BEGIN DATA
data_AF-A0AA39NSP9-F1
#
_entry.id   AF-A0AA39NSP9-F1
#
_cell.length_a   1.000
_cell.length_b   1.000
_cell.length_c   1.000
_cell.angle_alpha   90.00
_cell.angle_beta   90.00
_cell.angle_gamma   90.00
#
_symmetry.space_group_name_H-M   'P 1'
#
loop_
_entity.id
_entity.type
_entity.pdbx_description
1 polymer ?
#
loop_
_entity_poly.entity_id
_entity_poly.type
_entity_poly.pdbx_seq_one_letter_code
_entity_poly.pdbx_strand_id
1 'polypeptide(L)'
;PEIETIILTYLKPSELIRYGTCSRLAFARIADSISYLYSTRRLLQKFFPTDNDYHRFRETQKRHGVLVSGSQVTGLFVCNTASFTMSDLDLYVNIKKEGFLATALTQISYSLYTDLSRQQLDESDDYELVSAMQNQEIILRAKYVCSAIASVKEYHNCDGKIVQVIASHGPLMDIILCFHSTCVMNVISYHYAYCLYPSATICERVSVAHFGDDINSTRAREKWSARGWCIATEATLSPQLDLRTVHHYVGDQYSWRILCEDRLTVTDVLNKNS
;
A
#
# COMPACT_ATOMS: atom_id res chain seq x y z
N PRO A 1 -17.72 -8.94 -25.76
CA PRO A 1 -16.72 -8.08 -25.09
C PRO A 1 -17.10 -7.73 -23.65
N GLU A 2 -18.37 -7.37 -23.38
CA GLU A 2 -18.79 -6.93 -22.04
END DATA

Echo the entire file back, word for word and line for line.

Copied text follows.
data_AF-A0AA39NSP9-F1
#
_entry.id   AF-A0AA39NSP9-F1
#
_cell.length_a   1.000
_cell.length_b   1.000
_cell.length_c   1.000
_cell.angle_alpha   90.00
_cell.angle_beta   90.00
_cell.angle_gamma   90.00
#
_symmetry.space_group_name_H-M   'P 1'
#
loop_
_entity.id
_entity.type
_entity.pdbx_description
1 polymer ?
#
loop_
_entity_poly.entity_id
_entity_poly.type
_entity_poly.pdbx_seq_one_letter_code
_entity_poly.pdbx_strand_id
1 'polypeptide(L)'
;PEIETIILTYLKPSELIRYGTCSRLAFARIADSISYLYSTRRLLQKFFPTDNDYHRFRETQKRHGVLVSGSQVTGLFVCNTASFTMSDLDLYVNIKKEGFLATALTQISYSLYTDLSRQQLDESDDYELVSAMQNQEIILRAKYVCSAIASVKEYHNCDGKIVQVIASHGPLMDIILCFHSTCVMNVISYHYAYCLYPSATICERVSVAHFGDDINSTRAREKWSARGWCIATEATLSPQLDLRTVHHYVGDQYSWRILCEDRLTVTDVLNKNS
;
A
#
# COMPACT_ATOMS: atom_id res chain seq x y z
N PRO A 1 -17.72 -8.94 -25.76
CA PRO A 1 -16.72 -8.08 -25.09
C PRO A 1 -17.10 -7.73 -23.65
N GLU A 2 -18.37 -7.37 -23.38
CA GLU A 2 -18.79 -6.93 -22.04